|Institution:||California State University, Los Angeles|
|Full text PDF:||http://pqdtopen.proquest.com/#viewpdf?dispub=1597206|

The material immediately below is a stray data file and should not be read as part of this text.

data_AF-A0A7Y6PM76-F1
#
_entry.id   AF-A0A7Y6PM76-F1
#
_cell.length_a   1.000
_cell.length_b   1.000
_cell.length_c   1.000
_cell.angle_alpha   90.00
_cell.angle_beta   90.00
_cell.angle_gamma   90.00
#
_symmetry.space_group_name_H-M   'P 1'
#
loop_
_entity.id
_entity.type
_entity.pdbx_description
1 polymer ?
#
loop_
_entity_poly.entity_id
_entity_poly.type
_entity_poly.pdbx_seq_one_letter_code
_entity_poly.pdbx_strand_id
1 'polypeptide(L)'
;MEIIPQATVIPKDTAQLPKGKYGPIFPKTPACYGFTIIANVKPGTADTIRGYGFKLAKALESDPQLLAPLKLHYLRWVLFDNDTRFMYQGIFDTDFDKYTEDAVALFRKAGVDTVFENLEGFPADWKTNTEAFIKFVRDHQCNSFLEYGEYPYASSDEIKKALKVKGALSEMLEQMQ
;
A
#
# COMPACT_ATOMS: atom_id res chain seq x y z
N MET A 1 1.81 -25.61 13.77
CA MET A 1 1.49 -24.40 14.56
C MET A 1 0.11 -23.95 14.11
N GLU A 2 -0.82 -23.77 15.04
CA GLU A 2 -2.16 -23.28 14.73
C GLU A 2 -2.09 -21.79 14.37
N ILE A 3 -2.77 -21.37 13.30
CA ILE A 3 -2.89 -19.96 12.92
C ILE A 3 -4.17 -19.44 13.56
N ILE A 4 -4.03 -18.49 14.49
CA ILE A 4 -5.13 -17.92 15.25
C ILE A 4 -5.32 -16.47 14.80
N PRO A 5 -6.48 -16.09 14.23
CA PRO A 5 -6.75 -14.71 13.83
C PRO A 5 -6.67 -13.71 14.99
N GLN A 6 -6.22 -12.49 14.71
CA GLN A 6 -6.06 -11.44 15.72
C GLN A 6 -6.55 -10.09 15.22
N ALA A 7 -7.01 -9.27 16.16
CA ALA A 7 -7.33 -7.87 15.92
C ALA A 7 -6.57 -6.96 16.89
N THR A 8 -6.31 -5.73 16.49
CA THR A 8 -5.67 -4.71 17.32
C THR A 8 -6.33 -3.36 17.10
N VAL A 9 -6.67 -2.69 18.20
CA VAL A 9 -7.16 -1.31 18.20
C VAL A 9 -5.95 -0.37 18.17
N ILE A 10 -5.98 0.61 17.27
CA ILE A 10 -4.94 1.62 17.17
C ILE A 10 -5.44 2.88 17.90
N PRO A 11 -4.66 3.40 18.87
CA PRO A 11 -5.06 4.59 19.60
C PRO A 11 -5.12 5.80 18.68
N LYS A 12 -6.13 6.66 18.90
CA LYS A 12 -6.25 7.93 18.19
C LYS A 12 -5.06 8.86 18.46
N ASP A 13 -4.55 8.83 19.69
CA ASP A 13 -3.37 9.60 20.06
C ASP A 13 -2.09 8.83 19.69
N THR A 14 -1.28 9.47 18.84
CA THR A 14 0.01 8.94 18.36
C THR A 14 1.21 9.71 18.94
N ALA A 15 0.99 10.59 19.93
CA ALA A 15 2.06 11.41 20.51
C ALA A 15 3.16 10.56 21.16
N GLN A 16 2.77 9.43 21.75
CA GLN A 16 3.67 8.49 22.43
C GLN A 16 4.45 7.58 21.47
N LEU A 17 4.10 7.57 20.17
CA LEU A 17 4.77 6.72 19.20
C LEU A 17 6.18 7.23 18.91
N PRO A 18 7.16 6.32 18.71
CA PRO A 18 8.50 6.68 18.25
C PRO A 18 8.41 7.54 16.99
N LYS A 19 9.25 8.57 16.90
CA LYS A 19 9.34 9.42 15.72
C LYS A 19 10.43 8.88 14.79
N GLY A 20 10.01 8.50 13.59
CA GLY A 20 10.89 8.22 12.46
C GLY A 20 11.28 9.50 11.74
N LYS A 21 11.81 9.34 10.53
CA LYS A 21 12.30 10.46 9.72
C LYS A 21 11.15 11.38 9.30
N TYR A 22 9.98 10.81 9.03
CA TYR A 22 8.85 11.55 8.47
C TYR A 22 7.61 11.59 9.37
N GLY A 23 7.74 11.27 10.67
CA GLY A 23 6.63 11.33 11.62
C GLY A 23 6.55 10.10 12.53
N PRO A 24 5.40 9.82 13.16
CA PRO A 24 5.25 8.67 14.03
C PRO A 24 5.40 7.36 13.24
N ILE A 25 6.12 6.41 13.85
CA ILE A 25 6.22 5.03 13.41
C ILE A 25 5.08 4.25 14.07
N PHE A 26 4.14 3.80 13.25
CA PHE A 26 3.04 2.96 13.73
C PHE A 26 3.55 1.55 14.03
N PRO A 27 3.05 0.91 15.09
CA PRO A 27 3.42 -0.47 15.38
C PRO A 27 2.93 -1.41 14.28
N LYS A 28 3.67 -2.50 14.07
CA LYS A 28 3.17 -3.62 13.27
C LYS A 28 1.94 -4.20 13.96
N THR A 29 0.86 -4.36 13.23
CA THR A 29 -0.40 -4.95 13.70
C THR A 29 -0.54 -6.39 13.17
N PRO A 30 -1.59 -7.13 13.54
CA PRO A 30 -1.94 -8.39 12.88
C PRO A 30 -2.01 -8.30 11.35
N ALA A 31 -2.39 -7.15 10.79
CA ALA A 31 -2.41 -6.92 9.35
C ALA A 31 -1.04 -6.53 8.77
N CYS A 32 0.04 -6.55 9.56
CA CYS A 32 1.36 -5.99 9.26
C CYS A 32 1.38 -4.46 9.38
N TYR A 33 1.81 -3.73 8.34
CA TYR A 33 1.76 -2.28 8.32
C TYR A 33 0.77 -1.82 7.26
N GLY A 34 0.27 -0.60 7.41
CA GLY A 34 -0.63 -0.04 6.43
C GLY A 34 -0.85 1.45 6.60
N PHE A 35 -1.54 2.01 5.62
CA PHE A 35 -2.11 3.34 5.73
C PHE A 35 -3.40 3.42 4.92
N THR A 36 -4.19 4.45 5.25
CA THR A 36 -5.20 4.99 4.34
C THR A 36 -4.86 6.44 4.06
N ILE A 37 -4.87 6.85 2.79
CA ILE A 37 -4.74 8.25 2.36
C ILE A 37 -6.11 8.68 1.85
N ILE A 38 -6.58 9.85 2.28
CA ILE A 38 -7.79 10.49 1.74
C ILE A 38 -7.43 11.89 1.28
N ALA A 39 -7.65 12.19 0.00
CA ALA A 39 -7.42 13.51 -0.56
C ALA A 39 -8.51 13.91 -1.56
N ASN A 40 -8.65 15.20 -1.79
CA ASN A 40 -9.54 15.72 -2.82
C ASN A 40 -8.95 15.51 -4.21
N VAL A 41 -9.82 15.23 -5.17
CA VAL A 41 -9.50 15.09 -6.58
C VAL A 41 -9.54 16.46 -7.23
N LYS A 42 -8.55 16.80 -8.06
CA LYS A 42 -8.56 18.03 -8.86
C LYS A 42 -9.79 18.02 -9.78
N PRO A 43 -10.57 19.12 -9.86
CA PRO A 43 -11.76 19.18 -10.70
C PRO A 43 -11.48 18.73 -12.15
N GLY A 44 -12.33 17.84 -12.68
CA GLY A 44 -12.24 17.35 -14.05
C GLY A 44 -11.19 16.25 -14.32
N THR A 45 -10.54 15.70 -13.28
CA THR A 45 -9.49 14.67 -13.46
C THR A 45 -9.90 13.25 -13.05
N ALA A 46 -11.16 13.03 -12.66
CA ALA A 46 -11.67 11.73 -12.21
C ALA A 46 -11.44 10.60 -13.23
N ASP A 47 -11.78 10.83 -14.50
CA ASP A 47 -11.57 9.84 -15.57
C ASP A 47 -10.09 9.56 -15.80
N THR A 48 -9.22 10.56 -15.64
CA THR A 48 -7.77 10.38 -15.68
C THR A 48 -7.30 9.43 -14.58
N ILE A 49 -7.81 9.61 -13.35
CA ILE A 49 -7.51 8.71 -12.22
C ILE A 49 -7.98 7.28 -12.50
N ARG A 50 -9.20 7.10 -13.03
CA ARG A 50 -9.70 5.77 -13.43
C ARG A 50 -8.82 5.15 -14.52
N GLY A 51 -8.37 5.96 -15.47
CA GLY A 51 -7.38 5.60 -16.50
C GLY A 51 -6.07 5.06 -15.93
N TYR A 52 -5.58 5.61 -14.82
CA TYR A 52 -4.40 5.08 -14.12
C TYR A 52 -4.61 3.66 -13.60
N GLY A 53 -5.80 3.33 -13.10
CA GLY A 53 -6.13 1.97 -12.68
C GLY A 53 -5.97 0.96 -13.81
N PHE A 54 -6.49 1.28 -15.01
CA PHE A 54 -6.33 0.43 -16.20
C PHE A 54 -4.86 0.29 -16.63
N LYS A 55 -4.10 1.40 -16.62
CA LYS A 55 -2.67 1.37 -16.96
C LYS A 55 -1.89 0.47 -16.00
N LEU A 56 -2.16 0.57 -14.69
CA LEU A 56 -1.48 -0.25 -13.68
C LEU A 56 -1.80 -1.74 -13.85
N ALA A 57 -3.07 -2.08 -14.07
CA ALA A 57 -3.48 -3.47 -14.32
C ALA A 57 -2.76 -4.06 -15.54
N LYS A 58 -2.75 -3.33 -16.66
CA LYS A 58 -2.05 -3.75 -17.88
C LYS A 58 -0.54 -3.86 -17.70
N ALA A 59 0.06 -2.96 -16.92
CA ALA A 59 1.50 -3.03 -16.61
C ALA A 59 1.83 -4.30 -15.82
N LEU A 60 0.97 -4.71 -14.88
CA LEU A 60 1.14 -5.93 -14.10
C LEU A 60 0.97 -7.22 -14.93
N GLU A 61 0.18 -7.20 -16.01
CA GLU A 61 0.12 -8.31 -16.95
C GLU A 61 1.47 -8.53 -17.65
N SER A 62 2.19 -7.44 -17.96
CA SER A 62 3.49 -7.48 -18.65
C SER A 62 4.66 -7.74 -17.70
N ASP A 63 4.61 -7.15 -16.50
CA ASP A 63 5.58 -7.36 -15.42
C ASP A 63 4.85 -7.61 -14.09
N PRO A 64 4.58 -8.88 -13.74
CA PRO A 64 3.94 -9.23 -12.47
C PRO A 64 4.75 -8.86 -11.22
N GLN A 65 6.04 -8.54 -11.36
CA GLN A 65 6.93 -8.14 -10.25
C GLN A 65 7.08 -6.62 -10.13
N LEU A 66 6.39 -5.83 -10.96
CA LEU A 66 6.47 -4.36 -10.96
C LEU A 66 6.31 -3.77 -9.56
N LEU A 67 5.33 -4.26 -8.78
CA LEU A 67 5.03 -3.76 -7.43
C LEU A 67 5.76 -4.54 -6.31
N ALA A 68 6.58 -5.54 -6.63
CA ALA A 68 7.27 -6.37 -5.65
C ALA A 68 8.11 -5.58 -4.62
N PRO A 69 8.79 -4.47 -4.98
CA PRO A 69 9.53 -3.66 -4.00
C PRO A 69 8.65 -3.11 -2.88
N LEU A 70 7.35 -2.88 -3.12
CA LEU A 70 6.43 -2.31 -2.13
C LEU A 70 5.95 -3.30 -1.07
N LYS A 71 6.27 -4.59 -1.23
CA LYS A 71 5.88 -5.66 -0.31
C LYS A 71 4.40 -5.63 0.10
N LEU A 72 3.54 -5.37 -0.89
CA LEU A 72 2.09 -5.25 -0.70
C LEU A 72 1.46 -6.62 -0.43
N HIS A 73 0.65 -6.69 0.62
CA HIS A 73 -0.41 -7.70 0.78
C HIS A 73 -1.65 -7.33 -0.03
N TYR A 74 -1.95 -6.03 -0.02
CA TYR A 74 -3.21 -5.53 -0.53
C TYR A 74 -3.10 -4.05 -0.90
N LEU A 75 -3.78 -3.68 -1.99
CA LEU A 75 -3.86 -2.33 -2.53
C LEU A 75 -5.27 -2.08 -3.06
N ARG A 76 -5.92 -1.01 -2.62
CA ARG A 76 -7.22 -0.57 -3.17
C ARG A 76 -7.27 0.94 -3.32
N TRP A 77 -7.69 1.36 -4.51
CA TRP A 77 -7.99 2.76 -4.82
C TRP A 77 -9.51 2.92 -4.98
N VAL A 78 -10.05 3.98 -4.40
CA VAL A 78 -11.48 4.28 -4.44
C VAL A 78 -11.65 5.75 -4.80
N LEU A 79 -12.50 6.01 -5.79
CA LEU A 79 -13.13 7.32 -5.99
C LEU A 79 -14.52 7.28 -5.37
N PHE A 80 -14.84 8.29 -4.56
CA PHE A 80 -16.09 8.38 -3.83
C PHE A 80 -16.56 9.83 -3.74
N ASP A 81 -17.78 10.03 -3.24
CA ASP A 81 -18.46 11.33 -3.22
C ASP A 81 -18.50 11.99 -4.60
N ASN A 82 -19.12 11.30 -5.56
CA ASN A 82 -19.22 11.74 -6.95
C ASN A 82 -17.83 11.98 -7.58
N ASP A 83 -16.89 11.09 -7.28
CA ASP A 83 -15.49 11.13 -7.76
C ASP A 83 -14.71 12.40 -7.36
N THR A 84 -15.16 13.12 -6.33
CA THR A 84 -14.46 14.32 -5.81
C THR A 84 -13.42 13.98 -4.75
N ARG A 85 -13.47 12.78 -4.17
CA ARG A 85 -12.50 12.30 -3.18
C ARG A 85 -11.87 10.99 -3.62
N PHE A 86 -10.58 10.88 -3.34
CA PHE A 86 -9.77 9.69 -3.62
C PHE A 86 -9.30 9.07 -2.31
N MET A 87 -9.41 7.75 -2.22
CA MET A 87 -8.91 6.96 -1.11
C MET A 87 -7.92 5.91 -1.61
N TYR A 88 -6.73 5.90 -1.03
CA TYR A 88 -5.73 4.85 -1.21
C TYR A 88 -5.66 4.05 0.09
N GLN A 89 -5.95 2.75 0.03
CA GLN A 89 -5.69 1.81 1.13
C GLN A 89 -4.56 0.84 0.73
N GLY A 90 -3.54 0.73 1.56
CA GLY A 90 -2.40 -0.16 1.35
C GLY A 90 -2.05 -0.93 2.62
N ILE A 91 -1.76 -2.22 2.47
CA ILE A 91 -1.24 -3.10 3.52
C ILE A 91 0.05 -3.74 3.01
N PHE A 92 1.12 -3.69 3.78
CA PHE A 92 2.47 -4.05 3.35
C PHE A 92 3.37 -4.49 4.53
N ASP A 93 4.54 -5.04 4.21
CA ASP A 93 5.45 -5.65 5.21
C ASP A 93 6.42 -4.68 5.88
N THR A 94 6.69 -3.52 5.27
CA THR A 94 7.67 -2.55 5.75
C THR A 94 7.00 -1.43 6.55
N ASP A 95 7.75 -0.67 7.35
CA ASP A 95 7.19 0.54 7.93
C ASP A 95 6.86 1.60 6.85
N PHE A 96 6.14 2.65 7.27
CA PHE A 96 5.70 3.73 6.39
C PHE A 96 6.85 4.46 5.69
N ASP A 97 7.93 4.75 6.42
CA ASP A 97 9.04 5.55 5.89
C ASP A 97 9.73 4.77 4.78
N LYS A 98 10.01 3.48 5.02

Research indicates that sexism, both hostile (angry sexism identifying women as inferior) and benevolent (paternalistic protection and other subjugating attitudes toward women; Glick & Fiske, 1996), are linked with negative attitudes toward social policies and legislation promoting women’s rights (Osborne & Davies, 2012). Most research however has been limited to examinations of attitudes toward abortion (Strickler & Danigelis, 2002) and affirmative action (Case, 2007). Although women are increasingly present in all areas of industry as professionals and workers, comparatively little research has examined attitudes toward women as leaders in organizations, especially in direct interactions with subordinates (Sinclair & Kunda, 2000). The current experiment examined perceptions of a forceful, assertive email from a male or female sender (boss) to a male or female receiver (subordinate). The sample comprised of 301 respondents collected online (47% men and 53% women; M age = 34.33 years, range = 19-74) completed an online survey. Analyses of variance (ANOVA) indicate that both men and women are reluctant to evaluate female subordinates negatively, including when they receive an email that describes their work performance negatively. However, interesting patterns emerge for evaluations of senders and for evaluations of the email itself. Results are discussed in terms of social attitudes toward evaluations of work email, and impressions formed of supervisors and subordinates depicted in emails.